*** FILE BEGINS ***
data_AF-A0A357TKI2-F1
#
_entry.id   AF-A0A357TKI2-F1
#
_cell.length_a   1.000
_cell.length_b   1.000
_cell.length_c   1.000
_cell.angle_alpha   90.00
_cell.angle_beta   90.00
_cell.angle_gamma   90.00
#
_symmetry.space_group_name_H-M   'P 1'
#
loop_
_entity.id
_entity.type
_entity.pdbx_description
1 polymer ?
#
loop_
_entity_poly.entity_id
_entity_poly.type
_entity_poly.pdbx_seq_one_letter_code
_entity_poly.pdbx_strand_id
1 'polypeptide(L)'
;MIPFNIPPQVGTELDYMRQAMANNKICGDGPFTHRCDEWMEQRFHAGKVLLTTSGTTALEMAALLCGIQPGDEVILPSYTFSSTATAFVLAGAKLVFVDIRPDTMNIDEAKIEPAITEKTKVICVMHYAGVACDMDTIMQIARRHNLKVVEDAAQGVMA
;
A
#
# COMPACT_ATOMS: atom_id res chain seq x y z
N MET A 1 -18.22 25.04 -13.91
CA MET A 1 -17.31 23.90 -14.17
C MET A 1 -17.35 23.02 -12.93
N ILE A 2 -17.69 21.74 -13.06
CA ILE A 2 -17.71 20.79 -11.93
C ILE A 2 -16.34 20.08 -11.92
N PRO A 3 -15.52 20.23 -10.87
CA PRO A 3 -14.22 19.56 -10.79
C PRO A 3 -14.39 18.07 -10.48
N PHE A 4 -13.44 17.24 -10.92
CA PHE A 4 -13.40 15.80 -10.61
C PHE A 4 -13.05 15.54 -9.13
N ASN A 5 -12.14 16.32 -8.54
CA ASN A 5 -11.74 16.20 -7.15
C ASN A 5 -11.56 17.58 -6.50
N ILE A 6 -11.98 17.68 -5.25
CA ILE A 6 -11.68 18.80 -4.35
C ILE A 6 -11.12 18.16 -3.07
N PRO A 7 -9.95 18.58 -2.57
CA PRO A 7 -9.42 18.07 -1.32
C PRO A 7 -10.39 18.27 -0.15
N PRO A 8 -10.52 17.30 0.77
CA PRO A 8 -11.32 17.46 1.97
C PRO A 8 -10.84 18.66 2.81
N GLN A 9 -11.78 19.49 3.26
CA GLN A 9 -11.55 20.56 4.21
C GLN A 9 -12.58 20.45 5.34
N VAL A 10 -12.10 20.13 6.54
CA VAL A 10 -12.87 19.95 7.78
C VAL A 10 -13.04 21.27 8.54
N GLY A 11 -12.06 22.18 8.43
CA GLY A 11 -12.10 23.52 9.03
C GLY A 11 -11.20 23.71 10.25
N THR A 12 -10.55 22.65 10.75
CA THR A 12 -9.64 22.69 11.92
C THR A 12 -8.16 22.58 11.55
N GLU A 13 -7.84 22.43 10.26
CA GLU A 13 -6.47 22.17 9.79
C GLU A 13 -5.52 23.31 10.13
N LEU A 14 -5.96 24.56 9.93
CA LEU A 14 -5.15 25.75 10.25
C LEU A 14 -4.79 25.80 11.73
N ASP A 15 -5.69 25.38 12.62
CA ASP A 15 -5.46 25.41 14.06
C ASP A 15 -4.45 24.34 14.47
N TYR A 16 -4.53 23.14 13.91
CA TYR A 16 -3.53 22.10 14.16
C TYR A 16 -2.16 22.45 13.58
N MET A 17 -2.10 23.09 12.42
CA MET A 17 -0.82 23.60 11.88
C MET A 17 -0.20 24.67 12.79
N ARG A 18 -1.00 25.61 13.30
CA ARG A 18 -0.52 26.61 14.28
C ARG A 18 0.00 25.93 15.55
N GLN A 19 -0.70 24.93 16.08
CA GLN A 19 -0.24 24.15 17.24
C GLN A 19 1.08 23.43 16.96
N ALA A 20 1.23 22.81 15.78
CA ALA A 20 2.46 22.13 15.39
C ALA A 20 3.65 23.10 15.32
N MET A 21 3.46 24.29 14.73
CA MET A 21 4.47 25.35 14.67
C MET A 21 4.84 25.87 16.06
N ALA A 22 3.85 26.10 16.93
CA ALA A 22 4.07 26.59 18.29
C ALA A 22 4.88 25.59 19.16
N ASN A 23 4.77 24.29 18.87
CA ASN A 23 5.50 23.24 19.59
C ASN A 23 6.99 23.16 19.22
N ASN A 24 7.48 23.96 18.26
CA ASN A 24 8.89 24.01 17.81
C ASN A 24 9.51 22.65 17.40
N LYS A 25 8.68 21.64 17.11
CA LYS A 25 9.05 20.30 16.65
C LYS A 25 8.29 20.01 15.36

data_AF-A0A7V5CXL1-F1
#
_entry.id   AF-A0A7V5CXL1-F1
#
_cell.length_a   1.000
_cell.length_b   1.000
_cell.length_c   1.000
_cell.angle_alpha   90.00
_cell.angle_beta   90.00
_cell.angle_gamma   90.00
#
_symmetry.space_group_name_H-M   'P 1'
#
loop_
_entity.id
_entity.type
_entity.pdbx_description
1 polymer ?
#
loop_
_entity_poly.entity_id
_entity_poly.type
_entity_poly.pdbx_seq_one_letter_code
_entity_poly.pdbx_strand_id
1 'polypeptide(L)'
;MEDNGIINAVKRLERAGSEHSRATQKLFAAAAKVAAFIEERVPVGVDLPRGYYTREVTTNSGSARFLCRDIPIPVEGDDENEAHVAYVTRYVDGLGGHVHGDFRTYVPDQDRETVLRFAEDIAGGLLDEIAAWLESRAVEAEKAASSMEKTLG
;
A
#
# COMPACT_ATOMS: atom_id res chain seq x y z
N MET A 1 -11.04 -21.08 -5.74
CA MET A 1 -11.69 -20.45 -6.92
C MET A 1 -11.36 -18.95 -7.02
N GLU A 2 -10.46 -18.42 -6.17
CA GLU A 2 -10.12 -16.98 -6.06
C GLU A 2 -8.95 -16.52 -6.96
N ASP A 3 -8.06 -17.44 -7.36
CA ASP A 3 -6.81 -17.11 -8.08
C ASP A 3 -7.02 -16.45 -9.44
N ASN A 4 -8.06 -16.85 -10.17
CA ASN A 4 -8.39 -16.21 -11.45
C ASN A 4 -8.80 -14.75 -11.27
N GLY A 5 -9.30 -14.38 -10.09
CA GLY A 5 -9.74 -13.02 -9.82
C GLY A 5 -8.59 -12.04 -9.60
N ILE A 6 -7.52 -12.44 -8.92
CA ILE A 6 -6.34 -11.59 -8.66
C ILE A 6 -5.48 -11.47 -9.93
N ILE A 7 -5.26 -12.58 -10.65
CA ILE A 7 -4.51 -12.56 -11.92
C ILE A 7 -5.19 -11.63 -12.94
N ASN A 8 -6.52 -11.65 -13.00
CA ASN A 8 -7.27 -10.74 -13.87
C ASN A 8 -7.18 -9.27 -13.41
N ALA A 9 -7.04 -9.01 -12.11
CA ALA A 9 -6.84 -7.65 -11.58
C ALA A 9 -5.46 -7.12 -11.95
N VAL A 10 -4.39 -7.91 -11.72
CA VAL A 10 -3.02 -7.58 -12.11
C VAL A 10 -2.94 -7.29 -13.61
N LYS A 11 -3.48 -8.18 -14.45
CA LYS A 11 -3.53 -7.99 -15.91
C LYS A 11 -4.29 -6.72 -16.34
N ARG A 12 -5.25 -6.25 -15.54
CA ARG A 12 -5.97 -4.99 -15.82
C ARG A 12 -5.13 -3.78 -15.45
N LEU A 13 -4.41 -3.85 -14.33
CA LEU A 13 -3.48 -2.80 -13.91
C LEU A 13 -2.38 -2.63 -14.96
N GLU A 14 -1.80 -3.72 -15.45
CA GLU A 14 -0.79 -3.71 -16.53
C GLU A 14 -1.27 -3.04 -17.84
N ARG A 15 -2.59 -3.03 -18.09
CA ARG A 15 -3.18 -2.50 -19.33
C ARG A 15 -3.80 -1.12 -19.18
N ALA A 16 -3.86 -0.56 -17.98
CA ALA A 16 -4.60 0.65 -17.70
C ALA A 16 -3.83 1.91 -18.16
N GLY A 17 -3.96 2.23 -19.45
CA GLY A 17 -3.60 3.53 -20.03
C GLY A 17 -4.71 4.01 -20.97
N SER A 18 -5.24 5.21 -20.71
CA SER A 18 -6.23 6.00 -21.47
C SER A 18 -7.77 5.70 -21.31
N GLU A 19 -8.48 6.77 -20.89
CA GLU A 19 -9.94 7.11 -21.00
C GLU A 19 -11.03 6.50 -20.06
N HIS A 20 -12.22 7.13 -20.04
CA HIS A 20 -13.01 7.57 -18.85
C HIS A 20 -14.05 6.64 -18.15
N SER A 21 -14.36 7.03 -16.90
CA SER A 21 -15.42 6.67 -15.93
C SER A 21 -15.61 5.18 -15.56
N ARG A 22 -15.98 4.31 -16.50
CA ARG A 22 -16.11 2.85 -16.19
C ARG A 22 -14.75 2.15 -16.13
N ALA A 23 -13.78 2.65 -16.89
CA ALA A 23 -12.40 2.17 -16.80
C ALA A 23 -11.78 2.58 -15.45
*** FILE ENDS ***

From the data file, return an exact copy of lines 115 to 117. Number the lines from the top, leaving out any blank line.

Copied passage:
_cell.angle_gamma   90.00
#
_symmetry.space_group_name_H-M   'P 1'